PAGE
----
He concludes that the reinforcement of the existing order and fundamental change to that order are both components of the community of common destiny concept. Whereas formal aspects of global constitutionalism overall are viewed favourably, it is also criticized as turning a blind eye to US dominance.

Find Björn Ahl‘s full paper ‘Chinese Positions on Global Constitutionalism, Community of Common Destiny for Mankind and the Future of International Law’, forthcoming in the Chinese Journal of Comparative Law, on SSRN here.

Björn Ahl is Professor and Chair of Cologne University’s Chinese Legal Culture. Before joining the University of Cologne in 2012, he was Visiting Professor of Chinese Law, Comparative Public Law and International Law in the China EU School of Law at the Chinese University of Political Science and Law in Beijing. Prior to that he held a position as Assistant Professor of Law in the City University of Hong Kong. He has also worked as Associate Director and Lecturer in the Sino German Institute of Legal Studies of Nanjing University and as a Researcher at the Max Planck Institute of Comparative Public Law and International Law in Heidelberg. Find him on LinkedIn.


[1] Permanent Mission of the PRC to the UN, ‘Statement by Mr. XU Hong, Director General of the Department of Treaty and Law, Ministry of Foreign Affairs, People’s Republic of China at the 71st Session of the UN General Assembly on Agenda Item 78, Report of the International Law Commission on the work of its sixty-eighth session (Part II: Chapters 7, 8, 9, 10, 11, 12)’ (chnun.chinamission.org, 27 October 2016) last accessed 18 July 2021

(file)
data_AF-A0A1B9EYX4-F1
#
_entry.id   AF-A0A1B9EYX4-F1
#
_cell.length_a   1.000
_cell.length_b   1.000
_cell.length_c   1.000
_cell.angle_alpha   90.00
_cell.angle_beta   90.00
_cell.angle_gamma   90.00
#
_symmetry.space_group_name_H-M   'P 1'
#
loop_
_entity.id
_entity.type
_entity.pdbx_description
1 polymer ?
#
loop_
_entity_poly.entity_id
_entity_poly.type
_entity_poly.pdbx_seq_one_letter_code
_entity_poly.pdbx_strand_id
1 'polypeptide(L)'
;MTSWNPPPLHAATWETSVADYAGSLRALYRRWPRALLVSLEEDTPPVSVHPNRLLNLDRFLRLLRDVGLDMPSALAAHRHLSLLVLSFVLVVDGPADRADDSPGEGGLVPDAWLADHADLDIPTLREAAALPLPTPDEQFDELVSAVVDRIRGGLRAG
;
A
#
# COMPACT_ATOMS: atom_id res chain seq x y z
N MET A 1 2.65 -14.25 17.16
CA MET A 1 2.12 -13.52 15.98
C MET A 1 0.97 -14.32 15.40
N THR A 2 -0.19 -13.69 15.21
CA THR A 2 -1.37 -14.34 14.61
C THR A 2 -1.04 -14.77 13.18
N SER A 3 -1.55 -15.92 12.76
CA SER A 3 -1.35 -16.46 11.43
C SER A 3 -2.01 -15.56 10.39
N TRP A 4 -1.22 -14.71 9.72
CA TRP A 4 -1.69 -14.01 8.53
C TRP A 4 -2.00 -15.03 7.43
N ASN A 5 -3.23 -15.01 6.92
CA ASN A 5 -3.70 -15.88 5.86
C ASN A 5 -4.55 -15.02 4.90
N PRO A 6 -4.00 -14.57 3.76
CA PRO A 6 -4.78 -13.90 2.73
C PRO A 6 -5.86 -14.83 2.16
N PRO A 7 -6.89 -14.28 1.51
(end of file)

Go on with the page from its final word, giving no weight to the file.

[2] State Council Information Office, ‘Seeking Happiness for People: 70 Years of Progress on Human Rights in China’ (gov.cn 22 September 2019 last accessed 18 July 2021.

Archipelagos of Chinese Law

25. June 2021
A new paper by Matthew Erie
Dahlak Archipelago (Wikimedia Commons)

On May 20, 2021, the Sri Lankan government passed the controversial Colombo Port City Economic Zone Bill (Port City Bill), creating the country’s first special economic zone (SEZ) for services-oriented industries. Parliament’s passing of the bill occurred days after the Supreme Court ruled that several provisions of the Port City Bill were unconstitutional, requiring amendments. The heart of the controversy was the creation of a commission of unelected members who would have broad powers over the SEZ, an innovation that contravened the authority of regulators and, as it has been argued, violated Sri Lankan sovereignty as enshrined in its constitution. More specifically, the SEZ is funded and developed by a subsidiary of China Communications Construction Company, which invested $1.4 billion to construct the SEZ in exchange for a 99-year lease from the Sri Lankan government. As a result of this controversy, the Port City Bill was amended such that five of the seven commission members have to be Sri Lankan.

Unaddressed by the Supreme Court, however, was a seemingly more innocuous but nonetheless potentially far-reaching problem: the bill’s dispute resolution provisions. The Port City Bill proposed to establish an International Commercial Dispute Resolution Centre (ICDRC) that uses arbitration to settle disputes within the SEZ, effectively ousting the jurisdiction of Sri Lankan courts. This ouster is contentious given that the courts have, in the past, held that legislation cannot oust its jurisdiction. Still, the ICDRC survived judicial scrutiny and was passed into law.